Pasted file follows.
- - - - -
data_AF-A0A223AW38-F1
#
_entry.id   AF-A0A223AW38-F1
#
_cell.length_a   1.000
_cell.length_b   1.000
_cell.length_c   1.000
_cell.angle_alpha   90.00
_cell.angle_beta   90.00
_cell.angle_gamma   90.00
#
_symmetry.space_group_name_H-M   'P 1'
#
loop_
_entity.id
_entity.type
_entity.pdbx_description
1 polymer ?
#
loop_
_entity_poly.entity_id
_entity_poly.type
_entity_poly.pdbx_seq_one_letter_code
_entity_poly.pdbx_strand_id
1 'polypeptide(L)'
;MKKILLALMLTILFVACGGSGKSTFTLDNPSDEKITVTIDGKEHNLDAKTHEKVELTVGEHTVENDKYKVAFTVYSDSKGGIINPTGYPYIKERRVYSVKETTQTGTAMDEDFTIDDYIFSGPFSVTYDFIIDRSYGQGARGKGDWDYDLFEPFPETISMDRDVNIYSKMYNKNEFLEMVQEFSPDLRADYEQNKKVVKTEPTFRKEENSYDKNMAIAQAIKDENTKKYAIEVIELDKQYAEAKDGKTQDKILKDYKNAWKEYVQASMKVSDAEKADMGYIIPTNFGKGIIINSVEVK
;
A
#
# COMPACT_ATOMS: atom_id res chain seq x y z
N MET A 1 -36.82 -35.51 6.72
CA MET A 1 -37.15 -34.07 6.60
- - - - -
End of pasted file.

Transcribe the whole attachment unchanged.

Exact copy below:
data_AF-A0A223AW38-F1
#
_entry.id   AF-A0A223AW38-F1
#
_cell.length_a   1.000
_cell.length_b   1.000
_cell.length_c   1.000
_cell.angle_alpha   90.00
_cell.angle_beta   90.00
_cell.angle_gamma   90.00
#
_symmetry.space_group_name_H-M   'P 1'
#
loop_
_entity.id
_entity.type
_entity.pdbx_description
1 polymer ?
#
loop_
_entity_poly.entity_id
_entity_poly.type
_entity_poly.pdbx_seq_one_letter_code
_entity_poly.pdbx_strand_id
1 'polypeptide(L)'
;MKKILLALMLTILFVACGGSGKSTFTLDNPSDEKITVTIDGKEHNLDAKTHEKVELTVGEHTVENDKYKVAFTVYSDSKGGIINPTGYPYIKERRVYSVKETTQTGTAMDEDFTIDDYIFSGPFSVTYDFIIDRSYGQGARGKGDWDYDLFEPFPETISMDRDVNIYSKMYNKNEFLEMVQEFSPDLRADYEQNKKVVKTEPTFRKEENSYDKNMAIAQAIKDENTKKYAIEVIELDKQYAEAKDGKTQDKILKDYKNAWKEYVQASMKVSDAEKADMGYIIPTNFGKGIIINSVEVK
;
A
#
# COMPACT_ATOMS: atom_id res chain seq x y z
N MET A 1 -36.82 -35.51 6.72
CA MET A 1 -37.15 -34.07 6.60